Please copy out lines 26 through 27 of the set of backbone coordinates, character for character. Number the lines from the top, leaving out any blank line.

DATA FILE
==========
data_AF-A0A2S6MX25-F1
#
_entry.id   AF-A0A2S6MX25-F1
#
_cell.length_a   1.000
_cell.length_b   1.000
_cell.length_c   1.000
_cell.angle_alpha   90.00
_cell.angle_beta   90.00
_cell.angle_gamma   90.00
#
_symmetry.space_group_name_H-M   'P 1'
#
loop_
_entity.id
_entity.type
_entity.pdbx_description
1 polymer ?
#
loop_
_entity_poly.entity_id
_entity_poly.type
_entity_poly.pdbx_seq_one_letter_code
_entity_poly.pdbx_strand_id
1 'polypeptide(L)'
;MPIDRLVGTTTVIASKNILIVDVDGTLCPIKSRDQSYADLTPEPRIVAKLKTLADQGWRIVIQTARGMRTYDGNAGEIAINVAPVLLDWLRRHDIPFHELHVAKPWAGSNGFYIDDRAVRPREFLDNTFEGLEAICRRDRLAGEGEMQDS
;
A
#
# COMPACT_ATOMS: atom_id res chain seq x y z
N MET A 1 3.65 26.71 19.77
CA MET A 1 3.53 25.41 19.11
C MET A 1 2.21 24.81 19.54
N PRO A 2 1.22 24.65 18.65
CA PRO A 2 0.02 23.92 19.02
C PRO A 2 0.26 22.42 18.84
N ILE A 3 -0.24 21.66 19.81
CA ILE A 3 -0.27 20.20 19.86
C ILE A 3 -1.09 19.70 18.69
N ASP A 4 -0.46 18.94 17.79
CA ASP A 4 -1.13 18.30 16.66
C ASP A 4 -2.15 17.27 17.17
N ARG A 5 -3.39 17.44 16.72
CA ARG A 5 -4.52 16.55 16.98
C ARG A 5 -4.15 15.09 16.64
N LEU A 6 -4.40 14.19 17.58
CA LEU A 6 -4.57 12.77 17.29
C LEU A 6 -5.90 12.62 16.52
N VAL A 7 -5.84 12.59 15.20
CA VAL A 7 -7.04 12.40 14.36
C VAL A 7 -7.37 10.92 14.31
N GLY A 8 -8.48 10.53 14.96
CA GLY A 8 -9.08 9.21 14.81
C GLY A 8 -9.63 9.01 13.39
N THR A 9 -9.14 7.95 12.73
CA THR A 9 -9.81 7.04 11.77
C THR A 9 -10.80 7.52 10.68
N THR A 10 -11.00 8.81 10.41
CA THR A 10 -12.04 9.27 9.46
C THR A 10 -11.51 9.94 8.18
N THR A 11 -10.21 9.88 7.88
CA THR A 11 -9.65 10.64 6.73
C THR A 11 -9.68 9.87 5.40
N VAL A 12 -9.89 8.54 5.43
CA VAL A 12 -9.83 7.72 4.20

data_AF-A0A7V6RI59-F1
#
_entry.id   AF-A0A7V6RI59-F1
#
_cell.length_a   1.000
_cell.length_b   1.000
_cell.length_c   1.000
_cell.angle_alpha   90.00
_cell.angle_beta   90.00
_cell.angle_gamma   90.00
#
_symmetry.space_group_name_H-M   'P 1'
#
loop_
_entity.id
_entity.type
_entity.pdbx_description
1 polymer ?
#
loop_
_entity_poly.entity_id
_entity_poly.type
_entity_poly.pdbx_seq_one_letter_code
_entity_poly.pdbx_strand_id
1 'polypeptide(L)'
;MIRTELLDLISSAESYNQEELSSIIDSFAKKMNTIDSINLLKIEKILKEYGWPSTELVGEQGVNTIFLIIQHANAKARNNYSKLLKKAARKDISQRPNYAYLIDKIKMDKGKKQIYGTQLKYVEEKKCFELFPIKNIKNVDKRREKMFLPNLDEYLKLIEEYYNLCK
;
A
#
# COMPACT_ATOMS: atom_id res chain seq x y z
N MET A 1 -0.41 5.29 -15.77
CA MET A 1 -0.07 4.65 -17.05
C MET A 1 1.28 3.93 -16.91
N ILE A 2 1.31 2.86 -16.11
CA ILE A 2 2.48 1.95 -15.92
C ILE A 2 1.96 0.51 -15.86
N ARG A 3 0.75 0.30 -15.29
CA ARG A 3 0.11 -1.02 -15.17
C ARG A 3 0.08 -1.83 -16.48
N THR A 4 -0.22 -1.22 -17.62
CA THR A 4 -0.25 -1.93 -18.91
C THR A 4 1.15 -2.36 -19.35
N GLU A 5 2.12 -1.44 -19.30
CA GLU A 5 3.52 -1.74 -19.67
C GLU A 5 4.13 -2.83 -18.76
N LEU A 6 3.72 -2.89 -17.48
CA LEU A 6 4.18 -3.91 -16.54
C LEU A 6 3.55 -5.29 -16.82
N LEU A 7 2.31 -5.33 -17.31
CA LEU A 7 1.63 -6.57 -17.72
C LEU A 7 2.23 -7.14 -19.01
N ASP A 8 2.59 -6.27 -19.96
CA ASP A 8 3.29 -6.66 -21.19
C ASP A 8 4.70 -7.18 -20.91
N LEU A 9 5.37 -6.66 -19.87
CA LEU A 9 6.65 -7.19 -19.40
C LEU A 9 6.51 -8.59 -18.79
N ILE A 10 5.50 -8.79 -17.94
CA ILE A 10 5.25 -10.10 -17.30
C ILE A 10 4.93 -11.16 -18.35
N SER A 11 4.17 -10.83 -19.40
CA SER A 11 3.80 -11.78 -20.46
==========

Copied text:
;MPIDRLVGTTTVIASKNILIVDVDGTLCPIKSRDQSYADLTPEPRIVAKLKTLADQGWRIVIQTARGMRTYDGNAGEIAINVAPVLLDWLRRHDIPFHELHVAKPWAGSNGFYIDDRAVRPREFLDNTFEGLEAICRRDRLAGEGEMQDS
;